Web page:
"This isn't about you," Rep. Alexandria Ocasio-Cortez (D-NY) told Gilead CEO Daniel O'Day. "We have legislated a system that allows [this] to happen."
Activists say this relatively small giveaway won't advance PrEP access or help end HIV in the U.S. the way a true price reduction would.
But a survey reveals that about a third of black and Latino gay men would be willing to pay more than $50 per month for a prescription.
In a debate during a plenary session, Michael Saag, M.D., argued for more activism to make PrEP accessible to people who need it.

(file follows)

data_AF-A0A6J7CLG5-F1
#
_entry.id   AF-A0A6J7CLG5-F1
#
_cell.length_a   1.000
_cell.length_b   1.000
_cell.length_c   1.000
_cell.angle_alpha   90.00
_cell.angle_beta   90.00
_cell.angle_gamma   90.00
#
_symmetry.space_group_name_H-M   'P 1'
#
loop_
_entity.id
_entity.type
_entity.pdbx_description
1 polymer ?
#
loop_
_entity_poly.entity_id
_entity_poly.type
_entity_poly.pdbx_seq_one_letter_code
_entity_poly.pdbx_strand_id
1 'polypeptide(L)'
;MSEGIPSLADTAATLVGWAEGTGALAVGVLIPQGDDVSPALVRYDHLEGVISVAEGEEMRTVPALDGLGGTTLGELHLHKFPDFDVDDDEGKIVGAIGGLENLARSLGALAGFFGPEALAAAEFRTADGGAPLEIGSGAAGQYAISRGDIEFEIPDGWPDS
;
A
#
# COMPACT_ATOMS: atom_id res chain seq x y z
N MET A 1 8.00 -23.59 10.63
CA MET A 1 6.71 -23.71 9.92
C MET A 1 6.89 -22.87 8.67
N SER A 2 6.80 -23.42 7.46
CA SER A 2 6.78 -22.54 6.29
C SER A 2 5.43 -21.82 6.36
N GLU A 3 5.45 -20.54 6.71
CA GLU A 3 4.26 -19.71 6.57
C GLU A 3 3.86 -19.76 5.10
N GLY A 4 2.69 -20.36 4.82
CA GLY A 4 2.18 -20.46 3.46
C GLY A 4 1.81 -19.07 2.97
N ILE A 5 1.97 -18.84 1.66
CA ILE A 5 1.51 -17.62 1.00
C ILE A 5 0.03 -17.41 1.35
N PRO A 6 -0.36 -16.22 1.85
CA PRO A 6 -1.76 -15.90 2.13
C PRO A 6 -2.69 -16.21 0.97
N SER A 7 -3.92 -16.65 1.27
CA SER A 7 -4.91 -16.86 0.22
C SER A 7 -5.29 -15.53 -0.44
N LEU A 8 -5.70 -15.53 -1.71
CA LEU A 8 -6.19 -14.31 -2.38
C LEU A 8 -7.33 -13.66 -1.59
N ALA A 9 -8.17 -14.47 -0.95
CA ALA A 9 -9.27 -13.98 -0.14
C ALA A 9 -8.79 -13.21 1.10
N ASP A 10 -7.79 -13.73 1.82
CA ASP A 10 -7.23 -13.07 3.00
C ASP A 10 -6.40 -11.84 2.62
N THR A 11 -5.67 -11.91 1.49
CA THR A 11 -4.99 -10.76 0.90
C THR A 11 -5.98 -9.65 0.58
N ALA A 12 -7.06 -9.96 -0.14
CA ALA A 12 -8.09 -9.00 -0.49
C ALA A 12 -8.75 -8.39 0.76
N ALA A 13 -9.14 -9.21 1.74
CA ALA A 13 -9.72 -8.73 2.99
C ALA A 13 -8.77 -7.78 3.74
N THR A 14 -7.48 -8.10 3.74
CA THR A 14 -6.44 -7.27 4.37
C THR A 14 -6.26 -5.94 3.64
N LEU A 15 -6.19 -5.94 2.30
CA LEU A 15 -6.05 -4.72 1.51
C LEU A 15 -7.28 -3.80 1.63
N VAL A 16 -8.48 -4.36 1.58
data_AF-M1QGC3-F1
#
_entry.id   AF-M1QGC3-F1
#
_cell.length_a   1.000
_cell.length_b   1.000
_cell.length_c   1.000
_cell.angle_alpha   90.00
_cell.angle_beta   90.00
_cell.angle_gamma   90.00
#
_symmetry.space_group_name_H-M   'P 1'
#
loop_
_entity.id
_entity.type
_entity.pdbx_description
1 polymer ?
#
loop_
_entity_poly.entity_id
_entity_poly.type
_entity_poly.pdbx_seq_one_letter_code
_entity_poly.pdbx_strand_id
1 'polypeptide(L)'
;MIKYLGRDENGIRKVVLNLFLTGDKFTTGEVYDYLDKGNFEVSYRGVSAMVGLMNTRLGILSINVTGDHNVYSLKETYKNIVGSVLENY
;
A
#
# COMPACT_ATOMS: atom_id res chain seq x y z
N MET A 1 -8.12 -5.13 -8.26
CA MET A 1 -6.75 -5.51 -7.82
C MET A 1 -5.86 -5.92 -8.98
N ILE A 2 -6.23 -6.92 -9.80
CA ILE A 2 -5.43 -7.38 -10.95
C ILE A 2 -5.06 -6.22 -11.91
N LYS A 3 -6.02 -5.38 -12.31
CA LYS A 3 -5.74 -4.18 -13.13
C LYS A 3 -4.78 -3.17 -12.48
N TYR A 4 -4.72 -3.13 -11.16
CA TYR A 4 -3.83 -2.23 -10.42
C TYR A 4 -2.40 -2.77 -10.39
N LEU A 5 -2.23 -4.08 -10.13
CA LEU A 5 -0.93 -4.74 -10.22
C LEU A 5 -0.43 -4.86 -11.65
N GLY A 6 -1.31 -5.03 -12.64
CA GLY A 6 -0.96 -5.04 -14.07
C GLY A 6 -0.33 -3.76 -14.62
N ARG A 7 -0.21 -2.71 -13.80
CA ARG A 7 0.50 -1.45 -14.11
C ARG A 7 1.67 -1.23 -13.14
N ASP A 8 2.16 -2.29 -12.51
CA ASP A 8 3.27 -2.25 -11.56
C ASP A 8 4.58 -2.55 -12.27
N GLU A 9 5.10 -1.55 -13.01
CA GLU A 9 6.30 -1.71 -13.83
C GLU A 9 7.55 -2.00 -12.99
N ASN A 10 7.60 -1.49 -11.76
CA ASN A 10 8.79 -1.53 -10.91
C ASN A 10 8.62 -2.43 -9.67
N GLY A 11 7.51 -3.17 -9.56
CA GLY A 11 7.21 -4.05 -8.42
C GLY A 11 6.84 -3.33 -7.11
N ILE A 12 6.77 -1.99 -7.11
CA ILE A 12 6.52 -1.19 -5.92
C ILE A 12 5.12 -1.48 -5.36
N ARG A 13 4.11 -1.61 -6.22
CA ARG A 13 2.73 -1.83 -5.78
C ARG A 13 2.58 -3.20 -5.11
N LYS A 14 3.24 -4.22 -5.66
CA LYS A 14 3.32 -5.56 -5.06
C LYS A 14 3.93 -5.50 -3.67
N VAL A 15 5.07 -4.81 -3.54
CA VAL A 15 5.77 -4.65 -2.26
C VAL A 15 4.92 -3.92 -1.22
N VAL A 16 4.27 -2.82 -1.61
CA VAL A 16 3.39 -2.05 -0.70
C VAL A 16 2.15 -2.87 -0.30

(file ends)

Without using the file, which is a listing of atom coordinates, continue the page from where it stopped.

The director of the U.S. National Institutes of Health talks about a newly published expert article explaining that sexual transmission of HIV can't happen if a person is on fully effective treatment.
"PrEP must not be cast as the lone villain in the syphilis crisis, nor MSM engaging in chemsex cast as debauched vectors of transmission."
As part of comprehensive efforts to reduce the number of new HIV infections, some states are innovating to make HIV pre-exposure prophylaxis (PrEP) more accessible to individuals at high risk of HIV.
On Nov. 20, 2018, the U.S. Preventive Services Task Force released a draft recommendation that could transform HIV-1 pre-exposure prophylaxis (PrEP) scale-up in the United States.